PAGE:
81. Poe: A Life Cut Short
Poe: A Life Cut Short by Peter Ackroyd
Brief Lives series
Ages: 18+ (though accessible to 15+)
Finished: Apr. 21, 2009
First Published: Mar. , 2009
Genre: biography, non-fiction
Reason for Reading: I received a Review Copy from Random House Canada. I'm also a bit of a Poe fanatic.
On the evening of 26 September 1849, Edgar Allan Poe stopped in the office of a physician in Richmond, Virginia -- John Carter -- and obtained a palliative for the fever that had beset him.
Comments: This is a short, or rather, brief biography of Edgar Allan Poe, part of a series the author has done called Brief Lives in which also includes biographies of Chaucer, Newton and Turner. This is not the first biography of Poe I have read, nor will it be the last. It has been quite some years since I last read of Poe, though, so the information was all coming fresh to my hazy mind.
For such a short book, there is a wealth of information and detail included that leaves nothing out of Poe's tragically brief life. His melancholy and morbid life is so fascinating as one compares it to the macabre literature and poetry that he wrote. Poe was an orphan early in life, taken in by people of no relation, who, after the mother's death, refused to have anything to do with him. He became notorious and well-known during his life but never enjoyed appreciation for his work while he was alive and thus fortune alluded him, leaving him always on the verge of penury. He also had a habit of attaching himself to women who died at young ages of consumption from his birth mother through several ladies down to his own wife. Of course, his frequent bouts of extreme drinking lasting for days which left him to be found laying in ditches by acquaintances did not help his health or his reputation.
The book is well written, including many direct quotes from contemporary sources, taken from people who knew him and newspapers of the time and his own words. The author has done a good job of giving a background as to whether the modern reader should take those quotes as truth or with a grain of salt. While focusing on his life a good deal of time is also spent on the writing of certain of his works and the literary criticism of the time; in fact a whole chapter is devoted to The Raven. I enjoyed the book and found it very interesting, even to one who had read the story before; I found this a rather studious approach to the subject. This does make the reader take the work serious but on the other hand, I did find the writing a bit dry at times. I prefer my biographies to be written in a narrative which almost reads like fiction and the quotes and literary criticism got in the way of that for me. But nevertheless a well-written book and certainly a good place to start for the person who has never read anything on Poe himself before; with only 160 pages it will give you the answer as to whether you want to read more about the man himself.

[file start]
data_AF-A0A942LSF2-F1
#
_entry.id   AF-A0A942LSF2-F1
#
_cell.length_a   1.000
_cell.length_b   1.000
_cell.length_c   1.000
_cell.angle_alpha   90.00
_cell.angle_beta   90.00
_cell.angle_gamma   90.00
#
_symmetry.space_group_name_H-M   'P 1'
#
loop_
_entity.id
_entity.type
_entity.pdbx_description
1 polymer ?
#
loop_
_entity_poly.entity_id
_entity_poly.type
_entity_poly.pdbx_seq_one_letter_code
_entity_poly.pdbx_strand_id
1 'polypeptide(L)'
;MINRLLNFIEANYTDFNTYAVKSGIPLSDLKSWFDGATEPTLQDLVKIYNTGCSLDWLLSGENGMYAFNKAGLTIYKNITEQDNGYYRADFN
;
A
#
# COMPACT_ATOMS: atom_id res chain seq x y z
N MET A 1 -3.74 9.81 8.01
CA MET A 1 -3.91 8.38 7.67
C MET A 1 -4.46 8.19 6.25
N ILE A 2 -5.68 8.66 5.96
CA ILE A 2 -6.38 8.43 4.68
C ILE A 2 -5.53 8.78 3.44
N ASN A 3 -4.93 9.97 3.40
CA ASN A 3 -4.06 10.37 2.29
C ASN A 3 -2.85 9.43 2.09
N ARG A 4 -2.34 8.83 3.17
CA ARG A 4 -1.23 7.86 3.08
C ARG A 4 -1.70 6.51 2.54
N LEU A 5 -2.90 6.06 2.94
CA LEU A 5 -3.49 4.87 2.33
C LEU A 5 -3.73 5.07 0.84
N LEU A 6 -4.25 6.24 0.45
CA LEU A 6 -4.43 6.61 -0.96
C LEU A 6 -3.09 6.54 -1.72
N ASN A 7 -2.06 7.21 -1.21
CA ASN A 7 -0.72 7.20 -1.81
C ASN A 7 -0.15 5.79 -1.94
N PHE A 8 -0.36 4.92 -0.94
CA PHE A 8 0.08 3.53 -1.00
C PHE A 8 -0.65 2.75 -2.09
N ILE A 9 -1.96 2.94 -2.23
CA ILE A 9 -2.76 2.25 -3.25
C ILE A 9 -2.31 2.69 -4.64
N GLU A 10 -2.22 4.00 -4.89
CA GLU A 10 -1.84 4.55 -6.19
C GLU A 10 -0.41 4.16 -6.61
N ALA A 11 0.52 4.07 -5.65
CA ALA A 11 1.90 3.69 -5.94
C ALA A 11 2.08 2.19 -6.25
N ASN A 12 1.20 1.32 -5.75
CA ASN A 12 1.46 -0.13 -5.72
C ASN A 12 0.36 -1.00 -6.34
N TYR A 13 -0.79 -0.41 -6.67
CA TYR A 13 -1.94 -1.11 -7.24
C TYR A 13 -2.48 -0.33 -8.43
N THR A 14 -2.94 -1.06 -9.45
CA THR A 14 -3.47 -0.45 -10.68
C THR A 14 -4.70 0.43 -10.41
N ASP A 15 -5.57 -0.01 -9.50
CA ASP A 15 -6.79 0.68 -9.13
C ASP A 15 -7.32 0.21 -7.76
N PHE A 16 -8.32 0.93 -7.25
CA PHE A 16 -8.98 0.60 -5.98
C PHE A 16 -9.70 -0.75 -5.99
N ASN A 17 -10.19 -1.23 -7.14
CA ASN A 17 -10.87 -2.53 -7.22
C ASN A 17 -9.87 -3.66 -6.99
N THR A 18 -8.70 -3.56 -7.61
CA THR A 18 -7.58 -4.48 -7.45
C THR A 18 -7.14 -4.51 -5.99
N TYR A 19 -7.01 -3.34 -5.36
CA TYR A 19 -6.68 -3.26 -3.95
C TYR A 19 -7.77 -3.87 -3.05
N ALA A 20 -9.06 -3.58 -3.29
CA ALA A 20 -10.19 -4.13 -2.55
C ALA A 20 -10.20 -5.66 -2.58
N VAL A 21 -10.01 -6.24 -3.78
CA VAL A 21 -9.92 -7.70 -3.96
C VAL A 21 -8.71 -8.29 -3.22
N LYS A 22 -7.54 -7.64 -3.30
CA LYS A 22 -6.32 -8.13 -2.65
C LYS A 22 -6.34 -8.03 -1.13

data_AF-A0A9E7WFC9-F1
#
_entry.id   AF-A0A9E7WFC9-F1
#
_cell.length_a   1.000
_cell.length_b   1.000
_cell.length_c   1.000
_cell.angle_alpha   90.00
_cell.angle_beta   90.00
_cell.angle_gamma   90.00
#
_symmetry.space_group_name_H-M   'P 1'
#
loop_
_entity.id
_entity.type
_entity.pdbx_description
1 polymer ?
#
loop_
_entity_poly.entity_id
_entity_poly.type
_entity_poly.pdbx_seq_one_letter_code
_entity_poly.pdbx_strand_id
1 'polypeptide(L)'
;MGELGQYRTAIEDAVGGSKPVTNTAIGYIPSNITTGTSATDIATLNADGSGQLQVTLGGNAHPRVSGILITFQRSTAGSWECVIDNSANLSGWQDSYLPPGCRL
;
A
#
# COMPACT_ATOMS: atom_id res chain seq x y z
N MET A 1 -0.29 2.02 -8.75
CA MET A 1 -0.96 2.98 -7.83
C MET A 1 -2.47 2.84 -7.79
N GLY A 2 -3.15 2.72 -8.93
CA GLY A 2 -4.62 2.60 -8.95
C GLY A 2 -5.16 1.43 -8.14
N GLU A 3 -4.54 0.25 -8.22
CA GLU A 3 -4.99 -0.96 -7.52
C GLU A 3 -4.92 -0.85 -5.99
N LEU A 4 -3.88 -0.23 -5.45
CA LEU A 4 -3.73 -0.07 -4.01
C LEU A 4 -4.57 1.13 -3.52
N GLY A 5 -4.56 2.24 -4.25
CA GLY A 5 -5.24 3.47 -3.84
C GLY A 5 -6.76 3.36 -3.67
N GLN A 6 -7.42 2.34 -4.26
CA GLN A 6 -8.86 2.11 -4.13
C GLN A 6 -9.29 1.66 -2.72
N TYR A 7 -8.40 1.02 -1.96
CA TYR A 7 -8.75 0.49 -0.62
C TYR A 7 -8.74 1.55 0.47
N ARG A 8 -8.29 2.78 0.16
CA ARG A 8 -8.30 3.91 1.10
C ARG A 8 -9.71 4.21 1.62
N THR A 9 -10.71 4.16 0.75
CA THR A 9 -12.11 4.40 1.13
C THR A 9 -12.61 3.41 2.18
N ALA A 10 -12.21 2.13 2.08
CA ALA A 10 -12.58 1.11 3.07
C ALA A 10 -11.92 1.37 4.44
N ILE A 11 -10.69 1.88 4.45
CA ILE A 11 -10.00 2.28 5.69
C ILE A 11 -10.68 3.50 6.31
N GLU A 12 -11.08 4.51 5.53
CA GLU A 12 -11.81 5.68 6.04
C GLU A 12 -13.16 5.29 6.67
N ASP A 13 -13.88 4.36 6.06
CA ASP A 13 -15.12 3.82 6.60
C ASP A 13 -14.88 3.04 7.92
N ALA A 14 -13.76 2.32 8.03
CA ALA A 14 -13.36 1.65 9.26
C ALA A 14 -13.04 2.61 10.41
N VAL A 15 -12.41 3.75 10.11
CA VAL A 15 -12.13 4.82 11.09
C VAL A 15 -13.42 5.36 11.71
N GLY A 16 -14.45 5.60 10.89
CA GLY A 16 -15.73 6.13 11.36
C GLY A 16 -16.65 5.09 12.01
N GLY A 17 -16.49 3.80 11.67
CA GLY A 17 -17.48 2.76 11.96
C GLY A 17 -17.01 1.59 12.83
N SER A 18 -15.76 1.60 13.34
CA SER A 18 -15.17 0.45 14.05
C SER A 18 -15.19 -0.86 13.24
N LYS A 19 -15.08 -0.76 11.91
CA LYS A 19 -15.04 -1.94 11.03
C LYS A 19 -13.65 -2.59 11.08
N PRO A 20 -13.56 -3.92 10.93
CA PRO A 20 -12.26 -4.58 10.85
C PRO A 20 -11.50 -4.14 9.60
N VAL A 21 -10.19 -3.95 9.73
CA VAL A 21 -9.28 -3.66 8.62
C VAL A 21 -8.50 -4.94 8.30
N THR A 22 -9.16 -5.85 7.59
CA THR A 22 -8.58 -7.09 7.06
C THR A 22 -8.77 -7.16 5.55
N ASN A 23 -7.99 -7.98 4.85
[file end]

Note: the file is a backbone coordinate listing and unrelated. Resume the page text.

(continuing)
I really enjoy Peter Ackroyd's biographies and I look forward to reading this one.ReplyDelete
Thanks for the great review!
At 160 pages, it's very brief indeed! However, I think the quotes from the newspapers and his aquantices would be very interesting so I may have to check this one out. Thanks!ReplyDelete
I'm reading a history of crime fiction right now, and the author is very firm that Poe is where it all began.ReplyDelete
Molly - This is my first. I'd be tempted to try one of his others.ReplyDelete
Ladytink - Yep. Brief. :-)
Bybee - Yes, Ackroyd also acknowledges that Poe should be credited with the invention of the detective in literature. I believe there is a quote in the book by Conan Doyle stating the same.